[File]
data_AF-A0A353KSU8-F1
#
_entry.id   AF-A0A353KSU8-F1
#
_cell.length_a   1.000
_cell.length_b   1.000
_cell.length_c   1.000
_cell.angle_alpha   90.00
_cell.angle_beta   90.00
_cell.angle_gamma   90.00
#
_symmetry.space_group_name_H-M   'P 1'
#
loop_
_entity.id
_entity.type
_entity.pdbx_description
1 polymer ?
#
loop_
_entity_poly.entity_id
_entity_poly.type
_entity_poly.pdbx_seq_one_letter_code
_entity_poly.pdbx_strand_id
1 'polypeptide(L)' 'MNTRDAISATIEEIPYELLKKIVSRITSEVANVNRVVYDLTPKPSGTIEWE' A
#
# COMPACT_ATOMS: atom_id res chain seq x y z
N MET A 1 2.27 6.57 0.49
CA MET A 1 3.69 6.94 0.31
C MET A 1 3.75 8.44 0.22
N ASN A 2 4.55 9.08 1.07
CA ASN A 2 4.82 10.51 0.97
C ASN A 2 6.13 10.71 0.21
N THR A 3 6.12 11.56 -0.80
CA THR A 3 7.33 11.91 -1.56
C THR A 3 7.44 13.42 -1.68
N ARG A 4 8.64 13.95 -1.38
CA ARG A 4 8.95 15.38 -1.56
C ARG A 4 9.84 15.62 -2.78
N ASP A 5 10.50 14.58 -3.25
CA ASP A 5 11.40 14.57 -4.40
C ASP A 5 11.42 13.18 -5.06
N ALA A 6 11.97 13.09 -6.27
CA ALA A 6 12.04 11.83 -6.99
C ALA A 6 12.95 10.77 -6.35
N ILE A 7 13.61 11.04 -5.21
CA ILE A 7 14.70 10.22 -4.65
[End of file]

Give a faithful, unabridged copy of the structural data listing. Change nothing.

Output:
data_AF-A0A353KSU8-F1
#
_entry.id   AF-A0A353KSU8-F1
#
_cell.length_a   1.000
_cell.length_b   1.000
_cell.length_c   1.000
_cell.angle_alpha   90.00
_cell.angle_beta   90.00
_cell.angle_gamma   90.00
#
_symmetry.space_group_name_H-M   'P 1'
#
loop_
_entity.id
_entity.type
_entity.pdbx_description
1 polymer ?
#
loop_
_entity_poly.entity_id
_entity_poly.type
_entity_poly.pdbx_seq_one_letter_code
_entity_poly.pdbx_strand_id
1 'polypeptide(L)' 'MNTRDAISATIEEIPYELLKKIVSRITSEVANVNRVVYDLTPKPSGTIEWE' A
#
# COMPACT_ATOMS: atom_id res chain seq x y z
N MET A 1 2.27 6.57 0.49
CA MET A 1 3.69 6.94 0.31
C MET A 1 3.75 8.44 0.22
N ASN A 2 4.55 9.08 1.07
CA ASN A 2 4.82 10.51 0.97
C ASN A 2 6.13 10.71 0.21
N THR A 3 6.12 11.56 -0.80
CA THR A 3 7.33 11.91 -1.56
C THR A 3 7.44 13.42 -1.68
N ARG A 4 8.64 13.95 -1.38
CA ARG A 4 8.95 15.38 -1.56
C ARG A 4 9.84 15.62 -2.78
N ASP A 5 10.50 14.58 -3.25
CA ASP A 5 11.40 14.57 -4.40
C ASP A 5 11.42 13.18 -5.06
N ALA A 6 11.97 13.09 -6.27
CA ALA A 6 12.04 11.83 -6.99
C ALA A 6 12.95 10.77 -6.35
N ILE A 7 13.61 11.04 -5.21
CA ILE A 7 14.70 10.22 -4.65